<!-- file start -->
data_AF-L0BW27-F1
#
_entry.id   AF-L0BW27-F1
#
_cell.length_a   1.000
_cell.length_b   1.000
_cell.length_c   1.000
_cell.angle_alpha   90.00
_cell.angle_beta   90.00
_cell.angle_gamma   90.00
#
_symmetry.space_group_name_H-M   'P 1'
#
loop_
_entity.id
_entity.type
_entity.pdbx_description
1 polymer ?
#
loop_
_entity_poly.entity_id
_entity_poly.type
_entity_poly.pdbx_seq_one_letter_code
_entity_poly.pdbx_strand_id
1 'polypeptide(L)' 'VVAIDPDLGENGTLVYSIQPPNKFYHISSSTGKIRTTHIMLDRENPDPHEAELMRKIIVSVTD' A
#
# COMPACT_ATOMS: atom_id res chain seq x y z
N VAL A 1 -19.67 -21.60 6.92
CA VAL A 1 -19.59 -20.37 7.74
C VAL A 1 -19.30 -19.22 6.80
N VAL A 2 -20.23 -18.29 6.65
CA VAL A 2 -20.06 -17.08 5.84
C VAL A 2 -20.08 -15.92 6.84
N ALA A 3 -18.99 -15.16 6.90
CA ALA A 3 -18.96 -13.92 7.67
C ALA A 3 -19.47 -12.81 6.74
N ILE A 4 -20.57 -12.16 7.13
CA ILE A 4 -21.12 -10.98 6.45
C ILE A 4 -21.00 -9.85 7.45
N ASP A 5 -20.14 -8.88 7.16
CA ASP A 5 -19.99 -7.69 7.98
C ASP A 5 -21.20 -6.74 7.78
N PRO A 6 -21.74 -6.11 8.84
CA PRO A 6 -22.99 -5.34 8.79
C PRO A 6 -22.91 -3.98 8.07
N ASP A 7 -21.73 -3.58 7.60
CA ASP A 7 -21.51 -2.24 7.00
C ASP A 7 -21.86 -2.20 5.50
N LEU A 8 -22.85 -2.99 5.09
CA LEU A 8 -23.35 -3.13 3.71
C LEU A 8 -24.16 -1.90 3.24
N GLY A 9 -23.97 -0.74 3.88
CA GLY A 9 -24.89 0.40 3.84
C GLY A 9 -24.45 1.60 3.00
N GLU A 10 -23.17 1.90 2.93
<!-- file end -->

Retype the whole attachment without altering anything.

data_AF-L0BW27-F1
#
_entry.id   AF-L0BW27-F1
#
_cell.length_a   1.000
_cell.length_b   1.000
_cell.length_c   1.000
_cell.angle_alpha   90.00
_cell.angle_beta   90.00
_cell.angle_gamma   90.00
#
_symmetry.space_group_name_H-M   'P 1'
#
loop_
_entity.id
_entity.type
_entity.pdbx_description
1 polymer ?
#
loop_
_entity_poly.entity_id
_entity_poly.type
_entity_poly.pdbx_seq_one_letter_code
_entity_poly.pdbx_strand_id
1 'polypeptide(L)' 'VVAIDPDLGENGTLVYSIQPPNKFYHISSSTGKIRTTHIMLDRENPDPHEAELMRKIIVSVTD' A
#
# COMPACT_ATOMS: atom_id res chain seq x y z
N VAL A 1 -19.67 -21.60 6.92
CA VAL A 1 -19.59 -20.37 7.74
C VAL A 1 -19.30 -19.22 6.80
N VAL A 2 -20.23 -18.29 6.65
CA VAL A 2 -20.06 -17.08 5.84
C VAL A 2 -20.08 -15.92 6.84
N ALA A 3 -18.99 -15.16 6.90
CA ALA A 3 -18.96 -13.92 7.67
C ALA A 3 -19.47 -12.81 6.74
N ILE A 4 -20.57 -12.16 7.13
CA ILE A 4 -21.12 -10.98 6.45
C ILE A 4 -21.00 -9.85 7.45
N ASP A 5 -20.14 -8.88 7.16
CA ASP A 5 -19.99 -7.69 7.98
C ASP A 5 -21.20 -6.74 7.78
N PRO A 6 -21.74 -6.11 8.84
CA PRO A 6 -22.99 -5.34 8.79
C PRO A 6 -22.91 -3.98 8.07
N ASP A 7 -21.73 -3.58 7.60
CA ASP A 7 -21.51 -2.24 7.00
C ASP A 7 -21.86 -2.20 5.50
N LEU A 8 -22.85 -2.99 5.09
CA LEU A 8 -23.35 -3.13 3.71
C LEU A 8 -24.16 -1.90 3.24
N GLY A 9 -23.97 -0.74 3.88
CA GLY A 9 -24.89 0.40 3.84
C GLY A 9 -24.45 1.60 3.00
N GLU A 10 -23.17 1.90 2.93